From VMAN 28 Winter 2012
PHOTOGRAPHY BJARNE JONASSON
Zachary Cole Smith, formally referred to as Z. Cole Smith (and just Cole in casual conversation), is seated in a crowded van somewhere outside of Ventura, California, on his way up to Santa Cruz. He’s coming from Santa Barbara with his band, DIIV—Devin Ruben Perez, Andrew Bailey, and Colby Hewitt—where they played to a packed house the night before. Along the drive, Cole purchased a guitar amp from a guy off Craigslist and plugged it into an outdoor electrical outlet curiously embedded in the trunk of a tree. The gang is joined by Hewitt’s girlfriend, Sandy Kim, and they all chime in at various points. When asked how they’d describe their past year, there is murmuring. Cole yells back “Really?!” before explaining, “Two people said ‘shit storm.’ I wouldn’t ever say that. It’s been charmed. I feel lucky.”
It’s easy to see how both could be true. Their name is pronounced “dive,” which was their previous moniker, abandoned out of respect for Dirk Ivens and the original Dive (a Belgian industrial band from the ’90s). Smith once said the name was derived from the obscure Nirvana B-side of the 1990 single “Sliver” (and subsequently the ’92 compilation, Incesticide), but has since declared that names are meaningless anyway. The foursome from Brooklyn is easily one of the biggest breakout bands of 2012—their debut summer LP, Oshin, was an arrival heralded by both critics and audiences, the former spotting admirable references in the sonorous, snaking guitars and the latter thrashing joyously in mosh pits, drowning in disaffection and noise. At the moment, the band has just finished their first-ever European tour.
“I crashed my car in the middle of the night in Copenhagen,” Cole says. “I was driving this girl home without realizing she only lived one block from where we were. I drove around this corner and I don’t remember crashing it, but I woke up and it was crashed.” All in all though, the trip went well. “They respect you there,” he says. “You have a hotel every night. Now we’re going to San Francisco. Colby and Sandy know everybody and we’re still like, Where are we gonna stay? We’re looking for a floor to sleep on. There’s a whole sensibility in Europe of people respecting art and artists more.” He gives an example of a friend who receives money from the Belgian government to make art and doesn’t have to work. Then he laughs. “Colby says that’s why European art sucks. But there is something about struggling that is an important experience to have. It filters out people who aren’t as serious about it. You need to have a huge work ethic to make any sort of art happen anyway. Having a band is a full-time job of answering e-mails and making calls. I found out the most important role a musician has is making sure to CC the right people in certain e-mails, and then to remove them and then put them back in CCs and add more people to CCs until the CC list is massive and gets filtered back down. That’s literally all I do. I’m like a switchboard operator.”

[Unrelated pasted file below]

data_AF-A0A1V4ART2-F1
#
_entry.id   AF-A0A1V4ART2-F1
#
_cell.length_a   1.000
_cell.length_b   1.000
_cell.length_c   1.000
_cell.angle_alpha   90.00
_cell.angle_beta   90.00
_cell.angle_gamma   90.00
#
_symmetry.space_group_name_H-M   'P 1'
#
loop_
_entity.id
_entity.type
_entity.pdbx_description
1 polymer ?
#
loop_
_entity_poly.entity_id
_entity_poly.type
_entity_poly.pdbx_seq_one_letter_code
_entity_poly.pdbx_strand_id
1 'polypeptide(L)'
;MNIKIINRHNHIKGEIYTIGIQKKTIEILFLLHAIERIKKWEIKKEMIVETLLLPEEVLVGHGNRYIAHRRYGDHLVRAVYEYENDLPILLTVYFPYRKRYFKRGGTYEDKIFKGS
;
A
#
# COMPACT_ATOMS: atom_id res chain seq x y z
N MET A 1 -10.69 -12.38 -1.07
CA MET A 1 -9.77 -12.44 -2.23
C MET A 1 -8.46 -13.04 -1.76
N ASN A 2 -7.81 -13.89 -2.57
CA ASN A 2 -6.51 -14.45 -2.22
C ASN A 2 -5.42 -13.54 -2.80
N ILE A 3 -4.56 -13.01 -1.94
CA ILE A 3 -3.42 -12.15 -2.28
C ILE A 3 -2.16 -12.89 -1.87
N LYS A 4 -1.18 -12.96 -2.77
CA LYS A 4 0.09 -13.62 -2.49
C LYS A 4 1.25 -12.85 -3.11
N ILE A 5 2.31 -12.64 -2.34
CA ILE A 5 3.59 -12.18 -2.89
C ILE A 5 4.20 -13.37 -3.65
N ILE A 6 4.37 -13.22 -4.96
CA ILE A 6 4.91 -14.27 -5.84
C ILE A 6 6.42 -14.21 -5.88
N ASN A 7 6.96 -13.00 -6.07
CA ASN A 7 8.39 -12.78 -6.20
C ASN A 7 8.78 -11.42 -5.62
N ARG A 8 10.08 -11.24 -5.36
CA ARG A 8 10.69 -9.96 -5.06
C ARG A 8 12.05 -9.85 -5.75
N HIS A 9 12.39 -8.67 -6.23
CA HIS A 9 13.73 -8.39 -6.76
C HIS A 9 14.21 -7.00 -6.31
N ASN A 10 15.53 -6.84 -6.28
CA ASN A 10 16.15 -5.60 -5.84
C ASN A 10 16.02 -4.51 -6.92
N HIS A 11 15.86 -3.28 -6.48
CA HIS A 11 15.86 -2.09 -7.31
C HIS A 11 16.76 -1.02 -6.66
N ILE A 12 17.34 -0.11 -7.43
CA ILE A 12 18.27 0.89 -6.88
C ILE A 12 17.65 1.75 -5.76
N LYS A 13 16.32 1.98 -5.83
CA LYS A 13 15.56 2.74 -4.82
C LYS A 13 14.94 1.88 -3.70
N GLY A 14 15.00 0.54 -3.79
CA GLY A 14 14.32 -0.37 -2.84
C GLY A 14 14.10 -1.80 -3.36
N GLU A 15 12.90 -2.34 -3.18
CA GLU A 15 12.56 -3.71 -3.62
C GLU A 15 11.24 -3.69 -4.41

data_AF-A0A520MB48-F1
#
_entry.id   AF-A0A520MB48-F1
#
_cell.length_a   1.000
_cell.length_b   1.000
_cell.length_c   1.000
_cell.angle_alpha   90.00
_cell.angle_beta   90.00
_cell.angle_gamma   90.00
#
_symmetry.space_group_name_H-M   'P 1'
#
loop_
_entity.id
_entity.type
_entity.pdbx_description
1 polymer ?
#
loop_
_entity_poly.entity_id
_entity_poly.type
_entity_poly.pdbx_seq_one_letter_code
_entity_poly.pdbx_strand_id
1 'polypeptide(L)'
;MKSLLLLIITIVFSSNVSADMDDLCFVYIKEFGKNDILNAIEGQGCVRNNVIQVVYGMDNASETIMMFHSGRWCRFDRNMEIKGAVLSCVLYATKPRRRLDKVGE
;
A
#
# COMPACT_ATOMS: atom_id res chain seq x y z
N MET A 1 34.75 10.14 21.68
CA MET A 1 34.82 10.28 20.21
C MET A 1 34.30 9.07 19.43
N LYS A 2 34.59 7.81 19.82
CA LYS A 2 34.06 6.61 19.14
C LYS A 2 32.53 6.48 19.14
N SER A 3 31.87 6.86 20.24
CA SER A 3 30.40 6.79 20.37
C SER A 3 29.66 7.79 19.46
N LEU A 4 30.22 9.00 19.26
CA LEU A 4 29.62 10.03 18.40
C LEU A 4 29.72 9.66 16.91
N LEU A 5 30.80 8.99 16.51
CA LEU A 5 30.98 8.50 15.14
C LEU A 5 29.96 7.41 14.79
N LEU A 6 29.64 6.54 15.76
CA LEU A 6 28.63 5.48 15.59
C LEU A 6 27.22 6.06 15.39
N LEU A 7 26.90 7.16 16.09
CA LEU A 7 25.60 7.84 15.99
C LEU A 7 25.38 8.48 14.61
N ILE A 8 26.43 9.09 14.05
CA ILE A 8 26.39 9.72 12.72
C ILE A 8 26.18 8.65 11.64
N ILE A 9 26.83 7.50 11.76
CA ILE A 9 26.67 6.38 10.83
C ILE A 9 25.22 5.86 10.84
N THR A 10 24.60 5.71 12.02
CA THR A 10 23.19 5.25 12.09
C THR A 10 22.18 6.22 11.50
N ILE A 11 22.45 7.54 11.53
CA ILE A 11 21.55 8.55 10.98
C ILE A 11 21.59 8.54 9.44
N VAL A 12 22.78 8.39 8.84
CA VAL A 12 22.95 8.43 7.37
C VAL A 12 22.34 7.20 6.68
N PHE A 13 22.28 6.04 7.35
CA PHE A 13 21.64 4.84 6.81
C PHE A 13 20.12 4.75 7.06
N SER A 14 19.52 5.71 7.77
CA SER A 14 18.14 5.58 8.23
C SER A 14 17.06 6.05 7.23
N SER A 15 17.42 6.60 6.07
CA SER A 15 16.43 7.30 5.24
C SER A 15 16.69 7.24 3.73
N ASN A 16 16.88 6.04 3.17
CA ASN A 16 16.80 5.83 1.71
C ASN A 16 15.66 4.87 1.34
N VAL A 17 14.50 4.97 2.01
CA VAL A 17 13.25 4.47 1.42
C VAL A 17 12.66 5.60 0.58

As grueling as that sounds, one might be flummoxed to learn that the project that is DIIV—they of beautiful droning guitar and skygazing dream-pop melodies—originated in spite of a complete lack of ambition. “I never wanted to make music when I was a kid or whatever,” Cole says. “I had a guitar because I guess everybody just does.” After moving to New York he got a job at a restaurant and ended up playing in bands like the Soft Black and Beach Fossils. “After playing in other people’s bands, I learned from their mistakes and figured it would be cool to start my own thing. It didn’t start as an artistic vision. It wasn’t something I needed to get out. It was more like, I know how to do this so I’m just gonna do it.” After making notes on what music was missing, Cole determined that it was a shame there were no good rock bands in New York. “The scene in New York is so scattered,” he says. “All the bands we’re friends with we would never be paired with musically. People aren’t really inspired by each other. Our music is mostly inspired by bands that don’t exist anymore. I don’t really listen to new music. I’ve sort of made up this whole fake scene in my head and I pretend we’re a part of it.”
While the bulk of Oshin was composed by Cole alone in his room, the band’s new material will be the result of a group effort, and hopefully one with extreme results. “We’re gonna take every direction we hinted at on the record and push it out as far as we can, because everything nowadays is so safe. There aren’t many mainstream weird records. People don’t make weird decisions as often as they used to. I wanted to be safe on the first record because I kind of knew how I wanted it to end up. I don’t want to dismantle it, but I want to play with it as much as possible. I feel like I was in college and now I’m in postgrad.”